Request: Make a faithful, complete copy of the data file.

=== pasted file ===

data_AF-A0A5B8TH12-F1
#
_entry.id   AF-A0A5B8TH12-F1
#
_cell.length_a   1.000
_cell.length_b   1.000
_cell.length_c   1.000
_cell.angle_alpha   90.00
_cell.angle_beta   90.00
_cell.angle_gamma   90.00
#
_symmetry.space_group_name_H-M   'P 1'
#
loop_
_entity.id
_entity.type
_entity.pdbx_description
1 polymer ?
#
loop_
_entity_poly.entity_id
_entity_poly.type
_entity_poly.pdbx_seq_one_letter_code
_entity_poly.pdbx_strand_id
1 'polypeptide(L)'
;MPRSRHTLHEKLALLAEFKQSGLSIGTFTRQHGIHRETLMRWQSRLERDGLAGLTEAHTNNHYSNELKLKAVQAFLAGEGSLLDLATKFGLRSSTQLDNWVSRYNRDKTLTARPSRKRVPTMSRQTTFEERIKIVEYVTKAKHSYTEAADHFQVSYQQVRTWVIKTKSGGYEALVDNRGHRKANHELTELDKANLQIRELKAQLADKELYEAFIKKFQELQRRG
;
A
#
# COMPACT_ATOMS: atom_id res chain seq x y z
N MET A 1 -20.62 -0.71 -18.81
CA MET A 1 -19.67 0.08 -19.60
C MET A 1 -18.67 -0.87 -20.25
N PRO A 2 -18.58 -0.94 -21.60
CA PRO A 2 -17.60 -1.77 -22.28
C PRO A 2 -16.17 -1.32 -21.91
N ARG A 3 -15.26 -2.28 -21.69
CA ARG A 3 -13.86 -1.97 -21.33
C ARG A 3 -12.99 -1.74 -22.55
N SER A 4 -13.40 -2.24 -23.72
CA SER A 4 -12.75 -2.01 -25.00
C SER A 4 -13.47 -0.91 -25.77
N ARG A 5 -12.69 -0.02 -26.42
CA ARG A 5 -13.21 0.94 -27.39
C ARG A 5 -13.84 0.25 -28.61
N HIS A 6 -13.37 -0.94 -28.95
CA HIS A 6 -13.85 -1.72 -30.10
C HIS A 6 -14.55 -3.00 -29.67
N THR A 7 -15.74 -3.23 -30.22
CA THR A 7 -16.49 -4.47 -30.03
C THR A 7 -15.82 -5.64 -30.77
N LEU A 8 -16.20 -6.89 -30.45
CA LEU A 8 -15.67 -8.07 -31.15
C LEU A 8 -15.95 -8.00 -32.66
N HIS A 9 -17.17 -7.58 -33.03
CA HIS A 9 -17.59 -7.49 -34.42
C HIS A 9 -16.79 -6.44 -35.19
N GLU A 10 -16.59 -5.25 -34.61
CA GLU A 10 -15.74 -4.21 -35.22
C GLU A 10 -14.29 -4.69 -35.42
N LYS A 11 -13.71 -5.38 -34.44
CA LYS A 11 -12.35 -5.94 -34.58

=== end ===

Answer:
data_AF-A0A5B8TH12-F1
#
_entry.id   AF-A0A5B8TH12-F1
#
_cell.length_a   1.000
_cell.length_b   1.000
_cell.length_c   1.000
_cell.angle_alpha   90.00
_cell.angle_beta   90.00
_cell.angle_gamma   90.00
#
_symmetry.space_group_name_H-M   'P 1'
#
loop_
_entity.id
_entity.type
_entity.pdbx_description
1 polymer ?
#
loop_
_entity_poly.entity_id
_entity_poly.type
_entity_poly.pdbx_seq_one_letter_code
_entity_poly.pdbx_strand_id
1 'polypeptide(L)'
;MPRSRHTLHEKLALLAEFKQSGLSIGTFTRQHGIHRETLMRWQSRLERDGLAGLTEAHTNNHYSNELKLKAVQAFLAGEGSLLDLATKFGLRSSTQLDNWVSRYNRDKTLTARPSRKRVPTMSRQTTFEERIKIVEYVTKAKHSYTEAADHFQVSYQQVRTWVIKTKSGGYEALVDNRGHRKANHELTELDKANLQIRELKAQLADKELYEAFIKKFQELQRRG
;
A
#
# COMPACT_ATOMS: atom_id res chain seq x y z
N MET A 1 -20.62 -0.71 -18.81
CA MET A 1 -19.67 0.08 -19.60
C MET A 1 -18.67 -0.87 -20.25
N PRO A 2 -18.58 -0.94 -21.60
CA PRO A 2 -17.60 -1.77 -22.28
C PRO A 2 -16.17 -1.32 -21.91
N ARG A 3 -15.26 -2.28 -21.69
CA ARG A 3 -13.86 -1.97 -21.33
C ARG A 3 -12.99 -1.74 -22.55
N SER A 4 -13.40 -2.24 -23.72
CA SER A 4 -12.75 -2.01 -25.00
C SER A 4 -13.47 -0.91 -25.77
N ARG A 5 -12.69 -0.02 -26.42
CA ARG A 5 -13.21 0.94 -27.39
C ARG A 5 -13.84 0.25 -28.61
N HIS A 6 -13.37 -0.94 -28.95
CA HIS A 6 -13.85 -1.72 -30.10
C HIS A 6 -14.55 -3.00 -29.67
N THR A 7 -15.74 -3.23 -30.22
CA THR A 7 -16.49 -4.47 -30.03
C THR A 7 -15.82 -5.64 -30.77
N LEU A 8 -16.20 -6.89 -30.45
CA LEU A 8 -15.67 -8.07 -31.15
C LEU A 8 -15.95 -8.00 -32.66
N HIS A 9 -17.17 -7.58 -33.03
CA HIS A 9 -17.59 -7.49 -34.42
C HIS A 9 -16.79 -6.44 -35.19
N GLU A 10 -16.59 -5.25 -34.61
CA GLU A 10 -15.74 -4.21 -35.22
C GLU A 10 -14.29 -4.69 -35.42
N LYS A 11 -13.71 -5.38 -34.44
CA LYS A 11 -12.35 -5.94 -34.58